ALAN DOYLE: My opinion about the whole thing was that I didn’t want us to burn the ship to the ground fighting over it. When Séan [McCann] decided he wanted out, we tried to find a harmonious way to go on without him, and in the end, we knew that we couldn’t do it without a fight. I was quick to raise my hand and say, “I don’t want to fight about this. I would rather part the ship and get back on it when everyone is happy about it again. I don’t want the last thing that we do, after 20-plus years of looking after each other to have a big racket.” And that is where we left it.
In all honesty, the last year of Great Big Sea felt like we needed to take a break anyway. That is a long time to spend in a band. The last thing that I would ever want anyone to think is that I blame anyone for the parting or that someone drove the bus into the cliff. I think we had a great run and I am grateful for it. Specifically, I am grateful to Séan and Bob [Hallett], who were my business partners for a large part of my adult life. They taught me most of what I know about traditional music.
THE MARITIME EDIT: What does a day at home in St. John’s look like?
ALAN DOYLE: Mostly husband and father stuff. I get my little fella up and ready and take him to school, then come home to walk my dog and tackle a to-do list that my wife gives me. When I am home for a while, I can usually get caught up on that and I spend more time in my studio. I usually produce one record a year for other musicians. I’ve produced one for Russell [Crowe], my sister, Michelle, The Irish Descendants and for other friends. I really enjoy producing and working on other people’s music. In this role, I am working for music’s sake. I’m not there to consider how the song will sound live or worry about the writing. My job is to make the record sound as good as it can be. It’s a refreshing process.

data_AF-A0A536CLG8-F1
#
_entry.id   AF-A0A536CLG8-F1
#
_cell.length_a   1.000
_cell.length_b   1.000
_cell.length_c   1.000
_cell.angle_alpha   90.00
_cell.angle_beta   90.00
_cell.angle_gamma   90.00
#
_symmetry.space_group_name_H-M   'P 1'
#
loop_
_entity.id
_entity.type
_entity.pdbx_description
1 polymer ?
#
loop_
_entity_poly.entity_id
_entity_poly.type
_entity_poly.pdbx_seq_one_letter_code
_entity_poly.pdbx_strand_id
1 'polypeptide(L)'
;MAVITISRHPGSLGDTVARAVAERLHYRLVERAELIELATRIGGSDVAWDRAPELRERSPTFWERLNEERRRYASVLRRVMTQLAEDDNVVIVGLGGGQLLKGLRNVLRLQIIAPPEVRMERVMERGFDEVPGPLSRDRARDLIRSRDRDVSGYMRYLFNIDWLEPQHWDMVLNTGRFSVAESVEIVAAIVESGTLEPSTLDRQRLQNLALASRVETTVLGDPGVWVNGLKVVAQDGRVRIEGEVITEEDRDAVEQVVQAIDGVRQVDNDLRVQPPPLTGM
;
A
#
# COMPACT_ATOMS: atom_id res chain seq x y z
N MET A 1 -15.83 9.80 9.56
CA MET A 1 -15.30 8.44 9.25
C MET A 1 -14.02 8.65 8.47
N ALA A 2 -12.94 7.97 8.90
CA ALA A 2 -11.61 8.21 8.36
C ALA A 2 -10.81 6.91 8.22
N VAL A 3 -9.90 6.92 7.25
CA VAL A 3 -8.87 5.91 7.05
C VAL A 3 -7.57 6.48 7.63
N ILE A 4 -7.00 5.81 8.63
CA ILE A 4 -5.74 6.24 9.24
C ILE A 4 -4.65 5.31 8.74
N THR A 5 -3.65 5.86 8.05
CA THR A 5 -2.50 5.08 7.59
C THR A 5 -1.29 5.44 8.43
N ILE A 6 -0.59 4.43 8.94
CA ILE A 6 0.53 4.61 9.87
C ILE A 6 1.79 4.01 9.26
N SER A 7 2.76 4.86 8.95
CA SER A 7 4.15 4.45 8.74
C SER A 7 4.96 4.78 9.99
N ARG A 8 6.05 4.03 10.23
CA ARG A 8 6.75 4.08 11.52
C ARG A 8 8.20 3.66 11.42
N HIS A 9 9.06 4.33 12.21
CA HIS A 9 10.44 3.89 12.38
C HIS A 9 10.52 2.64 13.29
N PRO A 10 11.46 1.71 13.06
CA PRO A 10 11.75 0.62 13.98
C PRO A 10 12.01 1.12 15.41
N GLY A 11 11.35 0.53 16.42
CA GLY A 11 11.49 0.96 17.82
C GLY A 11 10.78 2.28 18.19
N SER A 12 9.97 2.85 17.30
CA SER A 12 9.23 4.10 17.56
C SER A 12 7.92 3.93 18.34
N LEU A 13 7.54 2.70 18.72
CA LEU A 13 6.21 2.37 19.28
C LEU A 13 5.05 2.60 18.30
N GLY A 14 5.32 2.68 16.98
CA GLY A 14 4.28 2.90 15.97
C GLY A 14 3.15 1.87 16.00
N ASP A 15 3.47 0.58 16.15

THE MARITIME EDIT: What are your favourite places on the East Coast?
ALAN DOYLE: I love Iona; it’s at the split in the land of Cape Breton Island. It could be in Lord of the Rings. I also love Halifax and its mix of people from all over the country and the world, and yet it still has an East Coast feeling. We recently took a family holiday on the north shore of PEI, and that was incredible. I think Moncton is one of the best cities in the country. Moncton was the first bilingual city I played in, and I always love the duality that it represents. My favourite restaurants are Leo’s Fish and Chips in St. John’s and The Lower Deck and Bluenose II in Halifax.
THE MARITIME EDIT: You speak a lot about luck and gratitude when you talk about your career and many achievements. Where does this humble sentiment stem from?
ALAN DOYLE: Most successful people in the arts, who get to do it at all, are incredibly grateful for the opportunity to do what inspires them. I think that is true no matter the level artists are performing at. I also think that the most content people are the most grateful. Ninety nine percent of the people that I have met in the arts are aware that their success is the result of a team that has made it happen. I was lucky early on in my career to have been tangled up with an incredible band and manager, a great crew and all the people that have stuck with me, even since Great Big Sea stopped playing together. Trust me, I couldn’t get out of bed without these people and the influence they have on me.
This story originally appeared in The Maritime Edit magazine. To subscribe, please click here.